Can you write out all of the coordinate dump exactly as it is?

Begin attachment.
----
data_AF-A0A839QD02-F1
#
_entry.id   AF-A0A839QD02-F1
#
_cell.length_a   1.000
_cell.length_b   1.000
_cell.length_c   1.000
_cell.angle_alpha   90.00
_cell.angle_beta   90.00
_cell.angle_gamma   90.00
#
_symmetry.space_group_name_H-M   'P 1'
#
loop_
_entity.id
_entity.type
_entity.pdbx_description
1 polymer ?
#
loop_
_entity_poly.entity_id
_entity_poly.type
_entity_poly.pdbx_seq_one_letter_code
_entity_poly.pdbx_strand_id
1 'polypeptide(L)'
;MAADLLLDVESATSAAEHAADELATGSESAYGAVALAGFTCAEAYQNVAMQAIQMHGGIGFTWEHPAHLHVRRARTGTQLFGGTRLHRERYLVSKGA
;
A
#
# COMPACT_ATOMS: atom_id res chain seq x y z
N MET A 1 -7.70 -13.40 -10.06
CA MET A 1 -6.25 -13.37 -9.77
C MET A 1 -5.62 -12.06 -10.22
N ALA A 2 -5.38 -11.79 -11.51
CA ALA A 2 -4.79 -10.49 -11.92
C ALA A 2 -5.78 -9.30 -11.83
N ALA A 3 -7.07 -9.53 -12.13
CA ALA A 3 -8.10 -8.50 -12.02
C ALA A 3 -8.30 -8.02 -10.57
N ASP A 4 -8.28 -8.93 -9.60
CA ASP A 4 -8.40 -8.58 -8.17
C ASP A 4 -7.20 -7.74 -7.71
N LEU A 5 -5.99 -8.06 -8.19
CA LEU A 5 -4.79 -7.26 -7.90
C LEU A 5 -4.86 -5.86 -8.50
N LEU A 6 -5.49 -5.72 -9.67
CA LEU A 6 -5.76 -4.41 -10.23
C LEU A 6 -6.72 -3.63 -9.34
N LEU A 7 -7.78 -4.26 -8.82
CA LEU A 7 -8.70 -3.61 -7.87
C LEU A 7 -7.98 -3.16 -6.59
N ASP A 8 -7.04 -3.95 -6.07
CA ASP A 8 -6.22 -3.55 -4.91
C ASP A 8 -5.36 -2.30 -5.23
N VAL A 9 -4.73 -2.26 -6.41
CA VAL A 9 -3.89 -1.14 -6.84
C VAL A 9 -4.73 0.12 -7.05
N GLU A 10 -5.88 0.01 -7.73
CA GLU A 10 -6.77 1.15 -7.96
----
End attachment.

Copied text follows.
data_AF-A0A839QD02-F1
#
_entry.id   AF-A0A839QD02-F1
#
_cell.length_a   1.000
_cell.length_b   1.000
_cell.length_c   1.000
_cell.angle_alpha   90.00
_cell.angle_beta   90.00
_cell.angle_gamma   90.00
#
_symmetry.space_group_name_H-M   'P 1'
#
loop_
_entity.id
_entity.type
_entity.pdbx_description
1 polymer ?
#
loop_
_entity_poly.entity_id
_entity_poly.type
_entity_poly.pdbx_seq_one_letter_code
_entity_poly.pdbx_strand_id
1 'polypeptide(L)'
;MAADLLLDVESATSAAEHAADELATGSESAYGAVALAGFTCAEAYQNVAMQAIQMHGGIGFTWEHPAHLHVRRARTGTQLFGGTRLHRERYLVSKGA
;
A
#
# COMPACT_ATOMS: atom_id res chain seq x y z
N MET A 1 -7.70 -13.40 -10.06
CA MET A 1 -6.25 -13.37 -9.77
C MET A 1 -5.62 -12.06 -10.22
N ALA A 2 -5.38 -11.79 -11.51
CA ALA A 2 -4.79 -10.49 -11.92
C ALA A 2 -5.78 -9.30 -11.83
N ALA A 3 -7.07 -9.53 -12.13
CA ALA A 3 -8.10 -8.50 -12.02
C ALA A 3 -8.30 -8.02 -10.57
N ASP A 4 -8.28 -8.93 -9.60
CA ASP A 4 -8.40 -8.58 -8.17
C ASP A 4 -7.20 -7.74 -7.71
N LEU A 5 -5.99 -8.06 -8.19
CA LEU A 5 -4.79 -7.26 -7.90
C LEU A 5 -4.86 -5.86 -8.50
N LEU A 6 -5.49 -5.72 -9.67
CA LEU A 6 -5.76 -4.41 -10.23
C LEU A 6 -6.72 -3.63 -9.34
N LEU A 7 -7.78 -4.26 -8.82
CA LEU A 7 -8.70 -3.61 -7.87
C LEU A 7 -7.98 -3.16 -6.59
N ASP A 8 -7.04 -3.95 -6.07
CA ASP A 8 -6.22 -3.55 -4.91
C ASP A 8 -5.36 -2.30 -5.23
N VAL A 9 -4.73 -2.26 -6.41
CA VAL A 9 -3.89 -1.14 -6.84
C VAL A 9 -4.73 0.12 -7.05
N GLU A 10 -5.88 0.01 -7.73
CA GLU A 10 -6.77 1.15 -7.96